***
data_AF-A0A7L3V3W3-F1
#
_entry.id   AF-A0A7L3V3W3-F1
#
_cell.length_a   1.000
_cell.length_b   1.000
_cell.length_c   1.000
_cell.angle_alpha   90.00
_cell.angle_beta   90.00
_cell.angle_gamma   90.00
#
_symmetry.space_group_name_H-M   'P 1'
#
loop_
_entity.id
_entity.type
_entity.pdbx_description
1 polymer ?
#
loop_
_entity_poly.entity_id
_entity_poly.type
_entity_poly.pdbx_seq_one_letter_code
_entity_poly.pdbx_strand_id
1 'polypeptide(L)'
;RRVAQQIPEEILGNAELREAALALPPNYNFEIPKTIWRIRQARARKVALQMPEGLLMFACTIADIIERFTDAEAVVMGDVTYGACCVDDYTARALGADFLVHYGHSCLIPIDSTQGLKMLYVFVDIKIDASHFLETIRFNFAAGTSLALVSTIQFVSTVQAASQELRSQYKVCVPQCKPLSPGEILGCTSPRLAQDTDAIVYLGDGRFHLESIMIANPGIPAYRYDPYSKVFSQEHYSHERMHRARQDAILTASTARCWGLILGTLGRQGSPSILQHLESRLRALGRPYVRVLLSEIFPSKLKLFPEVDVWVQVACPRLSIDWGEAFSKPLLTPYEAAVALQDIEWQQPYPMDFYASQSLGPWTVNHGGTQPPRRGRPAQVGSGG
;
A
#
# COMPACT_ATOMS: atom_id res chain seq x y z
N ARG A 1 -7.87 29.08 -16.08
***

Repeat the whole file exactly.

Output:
data_AF-A0A7L3V3W3-F1
#
_entry.id   AF-A0A7L3V3W3-F1
#
_cell.length_a   1.000
_cell.length_b   1.000
_cell.length_c   1.000
_cell.angle_alpha   90.00
_cell.angle_beta   90.00
_cell.angle_gamma   90.00
#
_symmetry.space_group_name_H-M   'P 1'
#
loop_
_entity.id
_entity.type
_entity.pdbx_description
1 polymer ?
#
loop_
_entity_poly.entity_id
_entity_poly.type
_entity_poly.pdbx_seq_one_letter_code
_entity_poly.pdbx_strand_id
1 'polypeptide(L)'
;RRVAQQIPEEILGNAELREAALALPPNYNFEIPKTIWRIRQARARKVALQMPEGLLMFACTIADIIERFTDAEAVVMGDVTYGACCVDDYTARALGADFLVHYGHSCLIPIDSTQGLKMLYVFVDIKIDASHFLETIRFNFAAGTSLALVSTIQFVSTVQAASQELRSQYKVCVPQCKPLSPGEILGCTSPRLAQDTDAIVYLGDGRFHLESIMIANPGIPAYRYDPYSKVFSQEHYSHERMHRARQDAILTASTARCWGLILGTLGRQGSPSILQHLESRLRALGRPYVRVLLSEIFPSKLKLFPEVDVWVQVACPRLSIDWGEAFSKPLLTPYEAAVALQDIEWQQPYPMDFYASQSLGPWTVNHGGTQPPRRGRPAQVGSGG
;
A
#
# COMPACT_ATOMS: atom_id res chain seq x y z
N ARG A 1 -7.87 29.08 -16.08